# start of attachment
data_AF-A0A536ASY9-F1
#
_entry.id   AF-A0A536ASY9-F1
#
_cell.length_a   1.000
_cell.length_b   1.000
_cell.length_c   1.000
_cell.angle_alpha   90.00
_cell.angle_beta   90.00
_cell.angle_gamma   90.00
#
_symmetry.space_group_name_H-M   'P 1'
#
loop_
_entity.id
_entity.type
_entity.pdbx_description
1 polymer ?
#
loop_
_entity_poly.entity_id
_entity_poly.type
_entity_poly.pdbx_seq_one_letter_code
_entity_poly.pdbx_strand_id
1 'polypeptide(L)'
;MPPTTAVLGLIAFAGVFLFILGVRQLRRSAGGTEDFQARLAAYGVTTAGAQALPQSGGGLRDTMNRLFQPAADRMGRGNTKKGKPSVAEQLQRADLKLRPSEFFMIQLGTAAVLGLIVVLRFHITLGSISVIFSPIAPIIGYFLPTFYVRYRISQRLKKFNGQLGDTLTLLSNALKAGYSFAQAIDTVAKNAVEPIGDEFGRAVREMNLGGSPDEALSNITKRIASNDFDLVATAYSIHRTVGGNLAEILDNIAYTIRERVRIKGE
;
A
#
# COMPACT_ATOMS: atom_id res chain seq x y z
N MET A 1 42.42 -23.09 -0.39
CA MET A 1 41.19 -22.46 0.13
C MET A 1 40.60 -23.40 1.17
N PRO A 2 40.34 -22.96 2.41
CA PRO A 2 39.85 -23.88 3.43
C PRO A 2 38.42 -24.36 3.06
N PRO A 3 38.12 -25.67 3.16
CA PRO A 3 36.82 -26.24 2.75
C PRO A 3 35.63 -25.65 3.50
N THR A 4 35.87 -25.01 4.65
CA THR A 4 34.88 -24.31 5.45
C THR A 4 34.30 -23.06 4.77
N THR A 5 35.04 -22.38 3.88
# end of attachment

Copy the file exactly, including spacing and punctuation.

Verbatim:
data_AF-A0A536ASY9-F1
#
_entry.id   AF-A0A536ASY9-F1
#
_cell.length_a   1.000
_cell.length_b   1.000
_cell.length_c   1.000
_cell.angle_alpha   90.00
_cell.angle_beta   90.00
_cell.angle_gamma   90.00
#
_symmetry.space_group_name_H-M   'P 1'
#
loop_
_entity.id
_entity.type
_entity.pdbx_description
1 polymer ?
#
loop_
_entity_poly.entity_id
_entity_poly.type
_entity_poly.pdbx_seq_one_letter_code
_entity_poly.pdbx_strand_id
1 'polypeptide(L)'
;MPPTTAVLGLIAFAGVFLFILGVRQLRRSAGGTEDFQARLAAYGVTTAGAQALPQSGGGLRDTMNRLFQPAADRMGRGNTKKGKPSVAEQLQRADLKLRPSEFFMIQLGTAAVLGLIVVLRFHITLGSISVIFSPIAPIIGYFLPTFYVRYRISQRLKKFNGQLGDTLTLLSNALKAGYSFAQAIDTVAKNAVEPIGDEFGRAVREMNLGGSPDEALSNITKRIASNDFDLVATAYSIHRTVGGNLAEILDNIAYTIRERVRIKGE
;
A
#
# COMPACT_ATOMS: atom_id res chain seq x y z
N MET A 1 42.42 -23.09 -0.39
CA MET A 1 41.19 -22.46 0.13
C MET A 1 40.60 -23.40 1.17
N PRO A 2 40.34 -22.96 2.41
CA PRO A 2 39.85 -23.88 3.43
C PRO A 2 38.42 -24.36 3.06
N PRO A 3 38.12 -25.67 3.16
CA PRO A 3 36.82 -26.24 2.75
C PRO A 3 35.63 -25.65 3.50
N THR A 4 35.87 -25.01 4.65
CA THR A 4 34.88 -24.31 5.45
C THR A 4 34.30 -23.06 4.77
N THR A 5 35.04 -22.38 3.88